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Taoyuan City, Taiwan

Shen C.-C.,National Taiwan University | Liang H.-J.,Yuanpei University | Wang C.-C.,Kaohsiung Medical University | Liao M.-H.,Institute of Energy Research | Jan T.-R.,National Taiwan University
International Journal of Nanomedicine | Year: 2012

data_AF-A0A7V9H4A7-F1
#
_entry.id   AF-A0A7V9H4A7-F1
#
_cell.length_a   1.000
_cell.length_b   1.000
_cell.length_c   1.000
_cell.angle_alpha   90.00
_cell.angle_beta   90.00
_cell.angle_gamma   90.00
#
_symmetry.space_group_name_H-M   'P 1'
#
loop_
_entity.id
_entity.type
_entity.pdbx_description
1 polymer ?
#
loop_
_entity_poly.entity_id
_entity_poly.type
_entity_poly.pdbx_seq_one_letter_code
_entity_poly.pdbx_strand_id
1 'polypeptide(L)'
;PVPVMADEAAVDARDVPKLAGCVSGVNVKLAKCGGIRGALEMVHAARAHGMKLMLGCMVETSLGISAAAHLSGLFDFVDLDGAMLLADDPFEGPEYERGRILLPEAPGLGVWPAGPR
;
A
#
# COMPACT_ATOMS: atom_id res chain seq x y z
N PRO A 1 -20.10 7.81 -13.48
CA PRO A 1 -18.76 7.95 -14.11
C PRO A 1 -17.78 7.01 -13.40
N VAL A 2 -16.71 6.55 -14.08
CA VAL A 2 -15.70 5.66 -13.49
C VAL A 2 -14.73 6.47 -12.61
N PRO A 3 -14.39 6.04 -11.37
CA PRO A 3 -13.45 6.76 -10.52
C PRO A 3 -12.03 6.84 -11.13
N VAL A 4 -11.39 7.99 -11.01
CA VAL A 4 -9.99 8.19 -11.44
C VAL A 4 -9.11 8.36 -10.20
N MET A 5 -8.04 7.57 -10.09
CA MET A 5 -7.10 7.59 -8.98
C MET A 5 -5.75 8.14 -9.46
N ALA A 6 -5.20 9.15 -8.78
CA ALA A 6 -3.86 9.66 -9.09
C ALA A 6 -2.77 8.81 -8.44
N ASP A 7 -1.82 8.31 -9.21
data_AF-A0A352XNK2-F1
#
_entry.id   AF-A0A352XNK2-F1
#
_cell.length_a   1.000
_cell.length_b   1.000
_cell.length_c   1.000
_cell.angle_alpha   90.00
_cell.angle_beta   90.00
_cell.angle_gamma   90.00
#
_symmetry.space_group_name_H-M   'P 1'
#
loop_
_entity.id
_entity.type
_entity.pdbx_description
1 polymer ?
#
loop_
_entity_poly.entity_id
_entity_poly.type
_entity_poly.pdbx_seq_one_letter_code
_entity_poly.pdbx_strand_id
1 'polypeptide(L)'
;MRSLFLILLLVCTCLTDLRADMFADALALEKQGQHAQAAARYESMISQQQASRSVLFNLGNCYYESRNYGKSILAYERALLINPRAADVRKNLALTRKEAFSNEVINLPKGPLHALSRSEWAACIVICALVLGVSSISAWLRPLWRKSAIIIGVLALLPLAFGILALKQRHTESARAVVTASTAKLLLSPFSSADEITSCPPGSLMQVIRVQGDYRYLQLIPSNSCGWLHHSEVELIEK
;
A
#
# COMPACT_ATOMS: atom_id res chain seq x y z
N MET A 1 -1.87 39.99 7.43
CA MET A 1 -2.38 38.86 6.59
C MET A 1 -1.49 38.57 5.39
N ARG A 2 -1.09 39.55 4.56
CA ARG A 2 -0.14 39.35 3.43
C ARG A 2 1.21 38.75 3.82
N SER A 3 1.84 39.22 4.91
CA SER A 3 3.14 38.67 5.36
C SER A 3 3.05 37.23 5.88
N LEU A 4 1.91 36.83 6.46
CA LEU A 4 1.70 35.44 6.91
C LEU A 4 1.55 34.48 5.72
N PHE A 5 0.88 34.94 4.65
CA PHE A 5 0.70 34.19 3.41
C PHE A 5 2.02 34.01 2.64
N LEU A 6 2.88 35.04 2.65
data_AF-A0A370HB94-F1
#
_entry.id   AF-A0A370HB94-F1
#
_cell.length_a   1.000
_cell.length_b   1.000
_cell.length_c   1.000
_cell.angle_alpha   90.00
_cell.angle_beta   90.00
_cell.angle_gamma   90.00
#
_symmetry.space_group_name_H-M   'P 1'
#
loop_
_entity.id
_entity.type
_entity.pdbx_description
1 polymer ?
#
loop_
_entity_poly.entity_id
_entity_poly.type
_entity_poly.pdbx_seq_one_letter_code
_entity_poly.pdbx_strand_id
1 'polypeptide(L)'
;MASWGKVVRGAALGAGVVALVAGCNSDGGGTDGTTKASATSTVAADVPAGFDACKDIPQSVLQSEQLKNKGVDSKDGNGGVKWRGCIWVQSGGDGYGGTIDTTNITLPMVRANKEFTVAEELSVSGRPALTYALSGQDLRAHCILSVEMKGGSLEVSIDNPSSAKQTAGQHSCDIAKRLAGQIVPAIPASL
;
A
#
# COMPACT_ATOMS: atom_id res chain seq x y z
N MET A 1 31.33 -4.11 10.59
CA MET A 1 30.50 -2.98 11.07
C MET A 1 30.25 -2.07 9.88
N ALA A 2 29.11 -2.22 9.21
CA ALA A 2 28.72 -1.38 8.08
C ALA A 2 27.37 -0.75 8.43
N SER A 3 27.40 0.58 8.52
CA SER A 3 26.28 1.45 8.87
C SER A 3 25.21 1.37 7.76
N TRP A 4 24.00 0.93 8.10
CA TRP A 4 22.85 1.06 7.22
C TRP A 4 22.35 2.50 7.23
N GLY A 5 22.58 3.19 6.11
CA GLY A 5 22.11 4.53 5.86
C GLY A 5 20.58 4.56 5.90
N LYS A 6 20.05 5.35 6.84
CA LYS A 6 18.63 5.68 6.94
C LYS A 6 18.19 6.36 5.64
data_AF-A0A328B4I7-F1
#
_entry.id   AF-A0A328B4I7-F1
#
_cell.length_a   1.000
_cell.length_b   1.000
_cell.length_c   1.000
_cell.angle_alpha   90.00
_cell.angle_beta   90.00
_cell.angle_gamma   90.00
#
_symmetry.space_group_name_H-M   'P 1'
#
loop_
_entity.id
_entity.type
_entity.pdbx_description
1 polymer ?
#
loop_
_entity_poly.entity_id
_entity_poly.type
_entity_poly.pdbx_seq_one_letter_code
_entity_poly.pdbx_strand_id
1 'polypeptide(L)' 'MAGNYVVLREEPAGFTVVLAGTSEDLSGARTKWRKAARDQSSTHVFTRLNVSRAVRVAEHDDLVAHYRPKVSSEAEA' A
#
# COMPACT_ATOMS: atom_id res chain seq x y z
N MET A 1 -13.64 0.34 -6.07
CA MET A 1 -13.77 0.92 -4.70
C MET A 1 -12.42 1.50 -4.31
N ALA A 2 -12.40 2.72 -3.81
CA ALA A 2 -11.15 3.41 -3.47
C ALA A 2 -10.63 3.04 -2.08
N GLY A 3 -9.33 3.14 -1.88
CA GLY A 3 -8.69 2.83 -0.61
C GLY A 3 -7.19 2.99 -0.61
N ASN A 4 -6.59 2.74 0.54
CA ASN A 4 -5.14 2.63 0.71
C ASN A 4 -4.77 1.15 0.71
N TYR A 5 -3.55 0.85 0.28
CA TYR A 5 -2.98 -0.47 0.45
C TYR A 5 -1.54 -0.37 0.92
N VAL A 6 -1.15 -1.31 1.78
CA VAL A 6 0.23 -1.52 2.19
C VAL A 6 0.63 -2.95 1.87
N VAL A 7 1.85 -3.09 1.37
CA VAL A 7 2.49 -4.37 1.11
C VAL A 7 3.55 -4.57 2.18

Background: It was recently reported that iron oxide nanoparticles attenuated antigen-specific humoral responses and T cell cytokine expression in ovalbumin-sensitized mice. It is presently unclear whether iron oxide nanoparticles influence T helper 1 cell-mediated immunity. The present study aimed to investigate the effect of iron oxide nanoparticles on delayed-type hypersensitivity (DTH), whose pathophysiology requires the participation of T helper 1 cells and macrophages. Methods: DTH was elicited by a subcutaneous challenge with ovalbumin to the footpads of mice sensitized with ovalbumin. Iron oxide nanoparticles (0.2-10 mg iron/kg) were administered intravenously 1 hour prior to ovalbumin sensitization. Local inflammatory responses were examined by footpad swelling and histological analysis. The expression of cytokines by splenocytes was measured by enzyme-linked immunosorbent assay. Results: Administration of iron oxide nanoparticles, in a dose-dependent fashion, significantly attenuated inflammatory reactions associated with DTH, including the footpad swelling, the infiltration of T cells and macrophages, and the expression of interferon-γ, interleukin-6, and tumor necrosis factor-α in the inflammatory site. Iron oxide nanoparticles also demonstrated a suppressive effect on ovalbumin-stimulated production of interferon-γ by splenocytes and the phagocytic activity of splenic CD11b+ cells. Conclusion: These results demonstrated that a single dose of iron oxide nanoparticles attenuated DTH reactions by suppressing the infiltration and functional activity of T helper 1 cells and macrophages in response to antigen stimulation. 2012 Cárdenas et al, publisher and licensee Dove Medical Press Ltd.

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